For most of us, Thanksgiving is the most ritualized of holidays. There are many ways to celebrate (or to make a point of not celebrating) Christmas or Easter or the Fourth of July, but on the fourth Thursday in November, most of us will sit down to a large meal that will probably be built around a roast turkey and the rest of the day will be structured around cooking the turkey, waiting for someone else to cook the turkey, or getting to and from where the turkey is being cooked. Although there is no evidence that the Puritans of Plymouth ate turkey at the first thanksgiving, it has become de rigueur. I have no great love of turkey but I will roast one and I’ll enjoy it. There is no question about it. In fact, in my family, there is very little question about anything pertaining to Thanksgiving dinner. It is a given that, in addition to the bird, there will be cornbread stuffing, mashed potatoes, string beans, sweet potatoes, Brussels sprouts roasted with chestnuts and bacon, and cranberry sauce. Fortunately, all of the above are quite good, even if I feel no temptation to make any of them more than once a year. I can say the same, by the way, about most of what I make for the Passover Seder, but we’ll talk about that in a few months.
The only elements of Thanksgiving dinner that are not written in stone are dessert and the wine. On one level, choosing wine for Thanksgiving is easy. Roast turkey is a neutral partner for almost any wine, so you can’t go too far wrong. The problem is everything else on the table. Sweet potatoes, especially with spices like cinnamon and nutmeg or if glazed with maple syrup, will make a dry wine taste especially acidic or bitter. Cranberries are so acidic that they can make many wines taste flat by comparison. And because Thanksgiving dinner is a rather heavy meal, one needs wine that that will refresh the palate, not further tax it. Finally, since this is the most American of holidays, there is the argument that the wine ought to be American. So, what to serve?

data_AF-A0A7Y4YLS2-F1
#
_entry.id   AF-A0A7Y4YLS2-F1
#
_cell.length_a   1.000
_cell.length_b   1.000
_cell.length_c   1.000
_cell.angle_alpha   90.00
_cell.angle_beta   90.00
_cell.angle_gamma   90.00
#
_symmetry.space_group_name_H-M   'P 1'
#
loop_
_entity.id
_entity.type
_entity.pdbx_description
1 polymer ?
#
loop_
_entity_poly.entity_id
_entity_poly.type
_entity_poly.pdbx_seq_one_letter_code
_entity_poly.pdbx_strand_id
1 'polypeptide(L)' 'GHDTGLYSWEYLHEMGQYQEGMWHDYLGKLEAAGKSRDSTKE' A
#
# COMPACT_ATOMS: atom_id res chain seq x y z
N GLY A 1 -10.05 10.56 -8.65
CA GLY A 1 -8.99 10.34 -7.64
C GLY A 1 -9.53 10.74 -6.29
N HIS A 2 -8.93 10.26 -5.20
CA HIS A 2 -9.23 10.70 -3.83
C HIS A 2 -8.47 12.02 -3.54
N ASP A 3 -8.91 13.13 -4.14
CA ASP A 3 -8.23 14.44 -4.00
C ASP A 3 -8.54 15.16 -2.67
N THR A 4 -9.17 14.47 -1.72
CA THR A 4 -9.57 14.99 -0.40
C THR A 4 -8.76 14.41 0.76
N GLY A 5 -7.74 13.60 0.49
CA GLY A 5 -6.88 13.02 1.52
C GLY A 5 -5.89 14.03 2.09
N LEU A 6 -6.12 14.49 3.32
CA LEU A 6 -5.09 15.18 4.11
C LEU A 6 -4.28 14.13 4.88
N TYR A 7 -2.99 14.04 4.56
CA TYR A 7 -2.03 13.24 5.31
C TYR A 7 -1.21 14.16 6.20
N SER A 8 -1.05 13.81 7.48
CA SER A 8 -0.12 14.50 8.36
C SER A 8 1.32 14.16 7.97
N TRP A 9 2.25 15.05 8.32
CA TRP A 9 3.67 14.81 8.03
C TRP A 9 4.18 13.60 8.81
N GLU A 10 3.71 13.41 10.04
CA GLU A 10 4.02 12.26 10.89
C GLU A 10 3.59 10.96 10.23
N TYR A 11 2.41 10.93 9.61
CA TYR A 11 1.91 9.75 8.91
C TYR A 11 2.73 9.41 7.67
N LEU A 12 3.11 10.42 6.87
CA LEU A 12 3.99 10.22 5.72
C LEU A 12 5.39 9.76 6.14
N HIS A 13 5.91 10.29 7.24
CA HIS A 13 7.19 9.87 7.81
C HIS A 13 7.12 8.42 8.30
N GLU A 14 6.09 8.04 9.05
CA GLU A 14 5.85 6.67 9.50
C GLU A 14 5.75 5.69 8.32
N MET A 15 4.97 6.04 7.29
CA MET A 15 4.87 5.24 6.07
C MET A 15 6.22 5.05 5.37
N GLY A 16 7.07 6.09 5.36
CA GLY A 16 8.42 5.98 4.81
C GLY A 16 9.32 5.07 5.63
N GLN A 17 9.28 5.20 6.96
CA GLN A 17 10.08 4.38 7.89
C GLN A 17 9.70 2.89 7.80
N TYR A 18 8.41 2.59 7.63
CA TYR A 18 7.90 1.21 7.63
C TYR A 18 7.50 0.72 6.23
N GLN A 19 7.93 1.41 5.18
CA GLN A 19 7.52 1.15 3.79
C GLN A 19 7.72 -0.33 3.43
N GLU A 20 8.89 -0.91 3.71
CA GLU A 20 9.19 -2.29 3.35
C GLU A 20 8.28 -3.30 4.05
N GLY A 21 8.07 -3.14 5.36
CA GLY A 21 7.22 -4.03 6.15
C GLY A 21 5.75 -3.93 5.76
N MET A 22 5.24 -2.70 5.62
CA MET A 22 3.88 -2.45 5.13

First , let’s get the red or white question out of the way. Serve both. OK, now what?
As I mentioned above, the wine ought to refresh your palate, not fatigue it. This generally means you want something with plenty of acidity and relatively light body. If we’re talking about white wine, it means little or no oak. If we’re talking about red, it means not too much alcohol, not too tannic and quite dry. And with those qualifications we have ruled out the vast majority – but not all – of American wine. So here’s the deal. I’ll talk about four wines. Two will be white and two will be red. Two will be bargains and two will be expensive. Two will be American but two will be French. After all, the French were our first allies and now, after eight difficult years, they are in love with America again. The French are ecstatic about the election of Barack Obama so I say give ‘em a place at the Thanksgiving table.
My white wine recommendation is Riesling. Riesling is THE greatest white grape. Period. No arguments, please. If you disagree, you have never tried good Riesling, and that’s not unlikely because for years most of the Riesling we saw in this country was pretty bad. But good Riesling is marvelous. It can be made totally dry or quite sweet but it should always have enough acidity that it is never cloying. I talk about aromas of jasmine, lime zest and whatever but that misses the point. Good Riesling tastes to me of autumn sunlight. Don’t know what I mean? Well, there’s only one way to find out. Here are two wines that will make the point.
For about $10.00 I recommend Pacific Rim Riesling from Washington State. This is a wine I represent professionally, but it has been a favorite for much longer than I’ve been paid to say so. Originally produced by Bonny Doon Vineyards, it is now an independent winery devoted almost entirely to Riesling. Don’t let the whimsical labeling fool you. This is remarkably good wine for the price and an excellent choice if you are going to be serving a large group.
At the other end of the price scale, at $35-$40 for a recent vintage (and more if aged), there is Cuvée Frederic Emile from the house of Trimbach in Alsace. This is about as good as Riesling gets. Fragrant yet dry, elegant but austere, this wine is taut and bracing in youth, becoming rich and almost oily as it ages and it can age for years. Don’t serve it if you are making sweet potatoes with browned marshmallows on top. But if you are celebrating Thanksgiving with a small group of serious foodies, they will appreciate it. Trimbach, by the way, also makes excellent standard issue Riesling for about $15.00. I would recommend almost any recent vintage except 2003, which was an exceptionally hot year. The result was wines that I find are too rich, lacking in acidity and generally unsatisfying.